Wednesday, November 09, 2016

The president-elect

If I were a betting man, the bet would be that President-elect Donald Trump is a pretty scared guy right now. Having pulled nearly every poison that bubbles just below humanity's crust to the surface during a divisive campaign, he's got to figure out now how to unite a highly diverse and very divided nation while avoiding economic disaster and maintaining respect and influence in the world community.

Here's hoping that he's up to it. 

I liked Dan Rather's early-morning analysis so much that I've picked it up whole and planted it here:

As Trump took the podium for his first speech, not as a party candidate but as the president-elect of the entire United States, his tone was of the utmost importance. He seemed to be reading off a prompter carefully prepared words. But he started with a statement of magnanimity for HIllary Clinton. He spoke of binding the wounds of division. He promised to be president of all Americans. He spoke of a great public works project and protecting veterans.

He was optimistic in speaking of the future. Notably missing was any talk of some the drastically contentious hallmarks of his campaign --- building a wall, a Muslim ban, the NATO allies --- just to name a few.

You can be deeply skeptical of his motives and refuse to forget all that he has said and that has transpired. There is a looming verdict for history to level and it is a story still to be written. There is also a real question with Trump’s ascension whether the ends justify the means --- whether the truth matters. Be all that as it may, we need to have a peaceful transition of power. That is an unmovable hallmark of the stability of our democracy.

Trump said that campaigning was difficult. Well, governing is much more so and that is now in his hands. He has made a lot of promises. We will see what he keeps. He said their work is just beginning. That is an understatement.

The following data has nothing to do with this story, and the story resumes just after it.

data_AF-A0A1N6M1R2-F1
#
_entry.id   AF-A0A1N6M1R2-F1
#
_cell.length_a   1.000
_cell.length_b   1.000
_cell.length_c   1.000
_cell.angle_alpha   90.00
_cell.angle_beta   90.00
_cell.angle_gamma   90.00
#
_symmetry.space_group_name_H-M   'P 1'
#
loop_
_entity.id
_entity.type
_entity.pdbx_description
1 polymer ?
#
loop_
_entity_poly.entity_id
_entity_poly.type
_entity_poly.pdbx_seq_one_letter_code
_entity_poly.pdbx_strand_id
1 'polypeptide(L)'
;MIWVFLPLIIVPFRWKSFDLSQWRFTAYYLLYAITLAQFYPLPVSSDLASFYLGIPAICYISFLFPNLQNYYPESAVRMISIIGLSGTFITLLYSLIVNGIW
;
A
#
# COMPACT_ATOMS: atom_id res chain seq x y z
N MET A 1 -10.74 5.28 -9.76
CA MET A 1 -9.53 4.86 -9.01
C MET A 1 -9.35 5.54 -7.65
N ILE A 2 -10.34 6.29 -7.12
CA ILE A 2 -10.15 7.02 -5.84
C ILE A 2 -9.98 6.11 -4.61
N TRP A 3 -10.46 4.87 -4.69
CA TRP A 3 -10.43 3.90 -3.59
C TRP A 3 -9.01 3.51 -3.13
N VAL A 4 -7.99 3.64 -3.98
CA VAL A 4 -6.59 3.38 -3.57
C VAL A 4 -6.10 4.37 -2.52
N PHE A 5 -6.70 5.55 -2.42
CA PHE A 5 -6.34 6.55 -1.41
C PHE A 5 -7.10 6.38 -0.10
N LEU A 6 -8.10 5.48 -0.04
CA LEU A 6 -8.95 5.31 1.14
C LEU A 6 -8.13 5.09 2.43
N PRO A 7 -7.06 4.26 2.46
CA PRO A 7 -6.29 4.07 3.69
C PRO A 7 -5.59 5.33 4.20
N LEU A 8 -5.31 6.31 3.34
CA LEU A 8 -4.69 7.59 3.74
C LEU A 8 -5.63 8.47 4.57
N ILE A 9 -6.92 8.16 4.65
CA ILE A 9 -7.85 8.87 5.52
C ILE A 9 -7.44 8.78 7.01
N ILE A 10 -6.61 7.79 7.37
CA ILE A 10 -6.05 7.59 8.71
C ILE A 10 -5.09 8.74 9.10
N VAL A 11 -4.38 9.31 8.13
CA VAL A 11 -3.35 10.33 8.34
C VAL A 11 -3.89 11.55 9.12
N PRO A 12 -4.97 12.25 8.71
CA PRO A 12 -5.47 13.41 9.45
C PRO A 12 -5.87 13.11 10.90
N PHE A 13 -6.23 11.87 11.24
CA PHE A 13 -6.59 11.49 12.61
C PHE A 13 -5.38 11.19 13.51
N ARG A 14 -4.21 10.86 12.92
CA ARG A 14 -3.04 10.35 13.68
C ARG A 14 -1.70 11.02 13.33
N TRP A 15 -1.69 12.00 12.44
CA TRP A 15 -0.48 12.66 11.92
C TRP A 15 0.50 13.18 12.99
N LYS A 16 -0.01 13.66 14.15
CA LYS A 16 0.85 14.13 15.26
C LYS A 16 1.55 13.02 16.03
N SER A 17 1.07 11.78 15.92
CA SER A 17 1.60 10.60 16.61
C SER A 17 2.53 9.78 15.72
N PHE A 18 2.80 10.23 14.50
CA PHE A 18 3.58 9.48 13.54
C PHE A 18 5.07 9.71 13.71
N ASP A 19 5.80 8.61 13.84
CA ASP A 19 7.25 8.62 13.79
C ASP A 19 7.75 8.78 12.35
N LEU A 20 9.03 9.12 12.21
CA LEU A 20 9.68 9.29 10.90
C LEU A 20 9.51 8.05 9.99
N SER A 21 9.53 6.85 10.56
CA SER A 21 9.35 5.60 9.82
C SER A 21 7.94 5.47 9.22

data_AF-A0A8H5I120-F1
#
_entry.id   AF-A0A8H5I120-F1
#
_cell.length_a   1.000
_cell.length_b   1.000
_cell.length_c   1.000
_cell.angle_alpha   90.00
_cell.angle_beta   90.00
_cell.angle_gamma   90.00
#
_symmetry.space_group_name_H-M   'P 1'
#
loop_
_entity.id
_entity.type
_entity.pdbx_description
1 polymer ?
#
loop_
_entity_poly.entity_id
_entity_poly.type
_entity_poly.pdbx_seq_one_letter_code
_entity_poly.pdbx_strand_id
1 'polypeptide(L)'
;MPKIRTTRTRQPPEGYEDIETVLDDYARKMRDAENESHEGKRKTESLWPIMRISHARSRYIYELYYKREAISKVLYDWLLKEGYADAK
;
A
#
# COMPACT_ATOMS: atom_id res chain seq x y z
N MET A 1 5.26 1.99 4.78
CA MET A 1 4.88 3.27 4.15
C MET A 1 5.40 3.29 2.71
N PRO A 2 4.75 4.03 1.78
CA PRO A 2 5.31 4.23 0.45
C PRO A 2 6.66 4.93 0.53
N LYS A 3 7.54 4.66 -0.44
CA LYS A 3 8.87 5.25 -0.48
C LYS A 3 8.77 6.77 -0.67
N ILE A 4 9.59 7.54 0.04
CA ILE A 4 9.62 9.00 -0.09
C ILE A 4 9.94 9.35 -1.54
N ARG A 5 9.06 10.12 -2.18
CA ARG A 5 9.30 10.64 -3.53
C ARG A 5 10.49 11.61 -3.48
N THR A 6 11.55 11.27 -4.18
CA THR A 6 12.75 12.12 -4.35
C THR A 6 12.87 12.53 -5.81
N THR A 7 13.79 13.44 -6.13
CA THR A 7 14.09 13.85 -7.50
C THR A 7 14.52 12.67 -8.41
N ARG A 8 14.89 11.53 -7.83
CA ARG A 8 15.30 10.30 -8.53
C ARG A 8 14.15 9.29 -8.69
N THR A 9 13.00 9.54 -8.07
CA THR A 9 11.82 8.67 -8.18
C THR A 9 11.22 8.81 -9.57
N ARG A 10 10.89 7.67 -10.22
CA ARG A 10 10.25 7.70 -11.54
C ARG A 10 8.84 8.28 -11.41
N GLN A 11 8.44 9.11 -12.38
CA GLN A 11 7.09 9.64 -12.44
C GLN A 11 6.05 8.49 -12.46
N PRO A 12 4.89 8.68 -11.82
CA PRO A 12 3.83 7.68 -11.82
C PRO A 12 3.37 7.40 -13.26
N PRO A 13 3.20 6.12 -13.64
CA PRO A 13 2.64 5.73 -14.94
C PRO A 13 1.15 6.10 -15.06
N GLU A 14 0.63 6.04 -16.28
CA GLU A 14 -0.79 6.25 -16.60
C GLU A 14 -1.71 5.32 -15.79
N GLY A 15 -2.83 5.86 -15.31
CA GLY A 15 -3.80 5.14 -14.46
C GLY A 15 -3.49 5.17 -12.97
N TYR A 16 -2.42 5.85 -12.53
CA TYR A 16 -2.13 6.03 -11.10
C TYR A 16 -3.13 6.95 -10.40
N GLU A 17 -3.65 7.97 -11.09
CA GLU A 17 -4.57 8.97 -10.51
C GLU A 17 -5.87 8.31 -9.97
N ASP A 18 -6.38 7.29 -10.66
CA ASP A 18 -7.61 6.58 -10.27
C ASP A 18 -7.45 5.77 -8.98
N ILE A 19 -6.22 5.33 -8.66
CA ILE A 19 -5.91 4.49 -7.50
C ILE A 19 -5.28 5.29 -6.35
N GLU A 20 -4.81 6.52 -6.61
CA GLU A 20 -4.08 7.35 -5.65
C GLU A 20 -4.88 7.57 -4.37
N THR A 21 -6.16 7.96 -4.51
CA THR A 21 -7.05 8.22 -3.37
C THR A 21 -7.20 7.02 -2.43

The world is on edge. The country is deeply divided. The markets have gone off a cliff. World capitals are erupting in anxiety. Huge segments of the American public are in panic --- going through the shock of grief. This is the world that is now Trump’s to contend with. Do we really know what we have wrought?

This is a conversation that I need you to be a part of. Do not opt out. Your voice matters now more than ever. I will continue to be here in the days and weeks ahead. And we shall endeavor, together, to find a path forward in the best of America’s ideals. Courage.


Personally, I'm going to have trouble sharing space with a lot of people in the days that follow. We learned a lot about folks we know during the campaign. But it has to be done --- with as much charity as possible.

I'm aware, for example, that one of the first demands a majority of many --- who call themselves Christian and who have invested heavily in our next president --- will make is for a roll-back of the advances gay, lesbian, bisexual and transgender people have made in recent years, ranging from anti-bullying programs in schools to same-sex marriage.

Republicans now control Iowa's state government from top to bottom, too, so the situation is likely to become uglier as the days pass on the home front. And the fallout will extend to environmental and other issues as well.

The first duty we have to younger people in our LGBTQ community who may have been taken aback by the contempt people of that particular god have for them is to tell them that this is is nothing new. The antidote is to work constructively together despite adversity and to never lose faith --- not in some mythic Old Testament god --- but in love and (if you like) in a god who is love, and in ourselves. That's a tough lesson to absorb and a challenging road to follow sometimes. But necessary.

And it applies to all who were disappointed in election results.

Keep the faith and be kind --- to yourself, to others who are disappointed and to those who, while now celebrating the advent of their political messiah, will inevitably face disappointment and disillusion, too. But don't let your anger go. It will remain an effective tool. And never forget.

1 comment:

Karen said...

I take solace, Frank, from the knowledge that our government is designed to work slowly. I know I will be keeping the health of our supreme justices in my prayers and wish for them long lives. God willing, there will only be one justice appointment in Trump's term in the Oval Office.